Late last fall, I reread the book and what came forward to me was the title’s first word: Birthing. Birthing is what is front and center. In the context of fear, when living with fear, what is the role of hope? The author likens the ability to hope in spite of fear to the birthing process, where labor is indeed frightening, but the hope for the new life to come keeps the delivering mother moving forward.

Stone continues:

“There’s a bit of false etymology that’s grown up around the word hope, and I like it, even though it’s not true. Hope, some people have claimed, comes from the word for hoop. I like it because hope should be round. Hope, like wholeness, like holiness, years for healing, resolution, closure. Hope believes that the circle will indeed be unbroken, by and by.”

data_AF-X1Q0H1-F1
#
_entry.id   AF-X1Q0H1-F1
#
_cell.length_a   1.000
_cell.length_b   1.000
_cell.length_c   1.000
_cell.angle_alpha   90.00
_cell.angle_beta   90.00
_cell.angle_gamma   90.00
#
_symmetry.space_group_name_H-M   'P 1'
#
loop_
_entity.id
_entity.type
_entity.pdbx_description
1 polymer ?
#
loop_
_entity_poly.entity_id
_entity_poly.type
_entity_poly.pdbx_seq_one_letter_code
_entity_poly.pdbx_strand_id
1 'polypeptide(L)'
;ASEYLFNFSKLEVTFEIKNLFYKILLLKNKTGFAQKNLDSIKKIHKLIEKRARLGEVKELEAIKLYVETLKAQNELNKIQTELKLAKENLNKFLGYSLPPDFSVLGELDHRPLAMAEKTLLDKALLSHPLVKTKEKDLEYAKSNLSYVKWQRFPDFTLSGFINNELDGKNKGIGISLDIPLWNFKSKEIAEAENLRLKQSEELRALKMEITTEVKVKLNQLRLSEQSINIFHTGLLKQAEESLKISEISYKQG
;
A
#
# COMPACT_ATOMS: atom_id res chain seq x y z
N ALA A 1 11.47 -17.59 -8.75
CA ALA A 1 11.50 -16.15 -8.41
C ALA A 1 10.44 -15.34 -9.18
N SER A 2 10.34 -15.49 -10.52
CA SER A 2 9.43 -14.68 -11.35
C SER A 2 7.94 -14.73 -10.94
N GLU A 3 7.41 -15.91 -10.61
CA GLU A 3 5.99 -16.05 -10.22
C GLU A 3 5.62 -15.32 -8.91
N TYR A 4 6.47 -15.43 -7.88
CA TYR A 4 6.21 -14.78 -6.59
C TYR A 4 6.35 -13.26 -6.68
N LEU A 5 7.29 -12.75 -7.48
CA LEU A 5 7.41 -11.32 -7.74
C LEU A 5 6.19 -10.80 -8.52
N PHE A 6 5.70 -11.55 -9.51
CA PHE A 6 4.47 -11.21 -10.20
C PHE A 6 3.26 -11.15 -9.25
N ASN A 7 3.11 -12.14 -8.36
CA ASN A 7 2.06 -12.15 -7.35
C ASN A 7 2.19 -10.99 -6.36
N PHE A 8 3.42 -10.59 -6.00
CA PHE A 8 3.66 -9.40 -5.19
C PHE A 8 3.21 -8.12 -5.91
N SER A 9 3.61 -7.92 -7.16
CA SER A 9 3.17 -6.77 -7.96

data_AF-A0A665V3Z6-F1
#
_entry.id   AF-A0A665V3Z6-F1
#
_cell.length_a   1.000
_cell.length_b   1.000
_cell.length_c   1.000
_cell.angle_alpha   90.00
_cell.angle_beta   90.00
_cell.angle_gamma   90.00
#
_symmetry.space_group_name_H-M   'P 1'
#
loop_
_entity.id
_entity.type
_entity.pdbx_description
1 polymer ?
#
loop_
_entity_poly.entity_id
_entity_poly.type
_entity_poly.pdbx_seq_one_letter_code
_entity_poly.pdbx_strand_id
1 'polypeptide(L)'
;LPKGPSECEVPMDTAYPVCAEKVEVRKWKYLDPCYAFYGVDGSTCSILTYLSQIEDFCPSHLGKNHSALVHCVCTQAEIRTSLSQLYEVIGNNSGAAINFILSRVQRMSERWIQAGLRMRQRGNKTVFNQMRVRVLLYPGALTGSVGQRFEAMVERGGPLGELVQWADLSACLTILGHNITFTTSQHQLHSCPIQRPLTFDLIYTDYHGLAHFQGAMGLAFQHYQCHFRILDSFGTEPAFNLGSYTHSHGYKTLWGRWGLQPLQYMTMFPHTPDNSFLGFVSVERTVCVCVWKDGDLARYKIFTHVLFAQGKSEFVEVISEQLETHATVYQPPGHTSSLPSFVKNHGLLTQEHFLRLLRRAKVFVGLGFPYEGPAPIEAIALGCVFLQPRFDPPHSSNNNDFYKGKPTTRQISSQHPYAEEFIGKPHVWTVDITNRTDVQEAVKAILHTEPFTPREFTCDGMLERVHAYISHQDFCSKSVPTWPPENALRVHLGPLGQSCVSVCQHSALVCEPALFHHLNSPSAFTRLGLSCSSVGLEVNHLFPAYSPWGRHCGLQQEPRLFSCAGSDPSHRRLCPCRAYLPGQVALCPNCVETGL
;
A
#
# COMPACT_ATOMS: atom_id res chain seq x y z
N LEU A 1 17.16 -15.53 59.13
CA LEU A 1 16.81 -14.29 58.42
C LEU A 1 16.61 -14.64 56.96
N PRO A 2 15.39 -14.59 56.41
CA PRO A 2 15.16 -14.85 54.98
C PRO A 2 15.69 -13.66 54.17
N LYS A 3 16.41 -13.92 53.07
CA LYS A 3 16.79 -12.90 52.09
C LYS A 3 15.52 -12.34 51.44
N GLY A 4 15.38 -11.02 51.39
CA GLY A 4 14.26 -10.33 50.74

The metaphor of labor, with its attending fear and hope, includes each one of us: aren’t each of us giving birth to something, waiting for newness and life to emerge?

What are your thoughts on hope and fear? I’d love to know.


[Photo: taken of a slice of the book’s cover.]

Excerpt used with permission.